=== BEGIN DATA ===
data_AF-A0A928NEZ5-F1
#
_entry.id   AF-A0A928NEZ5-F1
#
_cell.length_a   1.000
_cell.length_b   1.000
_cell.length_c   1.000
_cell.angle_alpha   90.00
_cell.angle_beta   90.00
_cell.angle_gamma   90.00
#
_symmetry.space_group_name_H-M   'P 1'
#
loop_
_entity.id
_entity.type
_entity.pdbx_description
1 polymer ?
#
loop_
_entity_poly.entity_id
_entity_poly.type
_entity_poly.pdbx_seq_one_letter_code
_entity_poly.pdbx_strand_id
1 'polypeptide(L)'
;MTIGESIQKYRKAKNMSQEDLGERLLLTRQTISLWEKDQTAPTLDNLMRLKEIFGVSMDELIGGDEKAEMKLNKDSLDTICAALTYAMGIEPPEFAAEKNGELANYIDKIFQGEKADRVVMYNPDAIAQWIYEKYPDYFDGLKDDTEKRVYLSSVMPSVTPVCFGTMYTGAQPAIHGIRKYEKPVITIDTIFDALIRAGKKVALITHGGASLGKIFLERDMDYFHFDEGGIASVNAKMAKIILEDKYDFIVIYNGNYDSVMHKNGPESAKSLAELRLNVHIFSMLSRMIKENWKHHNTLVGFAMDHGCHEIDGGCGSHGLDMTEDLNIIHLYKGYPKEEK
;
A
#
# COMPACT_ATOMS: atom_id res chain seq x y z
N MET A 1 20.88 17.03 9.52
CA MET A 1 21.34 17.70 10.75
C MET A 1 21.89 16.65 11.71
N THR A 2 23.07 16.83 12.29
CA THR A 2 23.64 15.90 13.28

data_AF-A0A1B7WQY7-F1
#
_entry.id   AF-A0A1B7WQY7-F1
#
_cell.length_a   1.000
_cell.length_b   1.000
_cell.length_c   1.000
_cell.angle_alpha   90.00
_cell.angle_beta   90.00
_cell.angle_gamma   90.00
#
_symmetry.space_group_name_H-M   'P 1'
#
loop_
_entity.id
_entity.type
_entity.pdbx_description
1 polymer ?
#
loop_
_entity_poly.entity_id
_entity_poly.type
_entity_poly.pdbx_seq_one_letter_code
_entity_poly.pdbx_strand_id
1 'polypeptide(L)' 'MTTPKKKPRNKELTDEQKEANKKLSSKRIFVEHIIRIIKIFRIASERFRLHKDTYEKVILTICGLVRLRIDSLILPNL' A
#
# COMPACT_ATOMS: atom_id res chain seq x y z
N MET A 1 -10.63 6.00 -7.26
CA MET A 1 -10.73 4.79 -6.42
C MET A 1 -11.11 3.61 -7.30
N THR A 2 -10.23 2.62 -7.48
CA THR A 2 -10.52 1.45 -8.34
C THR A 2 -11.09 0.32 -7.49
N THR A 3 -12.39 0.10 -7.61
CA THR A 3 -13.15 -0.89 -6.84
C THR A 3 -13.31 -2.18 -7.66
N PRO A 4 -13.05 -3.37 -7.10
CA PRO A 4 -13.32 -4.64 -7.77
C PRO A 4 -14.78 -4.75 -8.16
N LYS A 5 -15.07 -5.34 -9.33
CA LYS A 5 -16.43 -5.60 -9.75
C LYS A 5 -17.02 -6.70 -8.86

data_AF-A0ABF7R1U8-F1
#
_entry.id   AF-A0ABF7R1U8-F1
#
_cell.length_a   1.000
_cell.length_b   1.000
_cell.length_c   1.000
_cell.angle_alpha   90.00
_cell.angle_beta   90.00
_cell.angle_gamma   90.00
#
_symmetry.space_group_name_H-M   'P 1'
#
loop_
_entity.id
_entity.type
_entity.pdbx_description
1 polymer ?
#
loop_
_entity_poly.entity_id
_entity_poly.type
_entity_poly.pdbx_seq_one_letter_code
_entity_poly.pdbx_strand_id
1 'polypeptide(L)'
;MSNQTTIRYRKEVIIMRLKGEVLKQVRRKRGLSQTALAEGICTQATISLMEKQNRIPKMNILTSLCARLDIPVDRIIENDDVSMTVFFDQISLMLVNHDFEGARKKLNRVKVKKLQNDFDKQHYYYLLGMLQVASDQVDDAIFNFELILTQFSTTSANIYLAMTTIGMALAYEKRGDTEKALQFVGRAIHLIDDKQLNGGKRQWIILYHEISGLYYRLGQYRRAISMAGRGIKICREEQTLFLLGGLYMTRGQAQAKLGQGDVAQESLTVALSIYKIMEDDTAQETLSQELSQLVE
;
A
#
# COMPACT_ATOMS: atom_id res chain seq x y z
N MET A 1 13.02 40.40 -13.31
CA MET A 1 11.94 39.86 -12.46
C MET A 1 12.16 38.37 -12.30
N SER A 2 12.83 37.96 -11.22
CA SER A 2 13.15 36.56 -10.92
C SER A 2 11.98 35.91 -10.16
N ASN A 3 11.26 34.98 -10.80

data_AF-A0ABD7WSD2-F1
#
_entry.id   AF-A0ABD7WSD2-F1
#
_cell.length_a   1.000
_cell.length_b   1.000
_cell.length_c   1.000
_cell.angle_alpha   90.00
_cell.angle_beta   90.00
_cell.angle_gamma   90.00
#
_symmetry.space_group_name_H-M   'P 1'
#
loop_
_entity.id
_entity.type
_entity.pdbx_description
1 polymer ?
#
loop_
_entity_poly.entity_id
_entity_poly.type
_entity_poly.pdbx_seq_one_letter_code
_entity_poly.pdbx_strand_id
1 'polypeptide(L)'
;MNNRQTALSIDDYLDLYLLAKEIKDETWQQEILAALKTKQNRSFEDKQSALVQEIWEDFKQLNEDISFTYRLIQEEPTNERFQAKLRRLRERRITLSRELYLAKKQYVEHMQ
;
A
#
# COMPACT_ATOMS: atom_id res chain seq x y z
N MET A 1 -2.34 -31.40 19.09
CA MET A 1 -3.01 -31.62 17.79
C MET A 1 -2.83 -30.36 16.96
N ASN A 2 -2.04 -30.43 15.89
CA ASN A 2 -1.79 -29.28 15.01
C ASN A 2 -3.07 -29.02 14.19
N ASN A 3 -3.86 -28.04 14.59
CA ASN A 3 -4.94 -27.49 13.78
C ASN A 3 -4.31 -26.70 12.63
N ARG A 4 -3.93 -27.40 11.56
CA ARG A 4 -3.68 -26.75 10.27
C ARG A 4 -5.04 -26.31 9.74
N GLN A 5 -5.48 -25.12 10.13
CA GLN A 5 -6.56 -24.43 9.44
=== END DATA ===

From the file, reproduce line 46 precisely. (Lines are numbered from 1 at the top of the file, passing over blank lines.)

#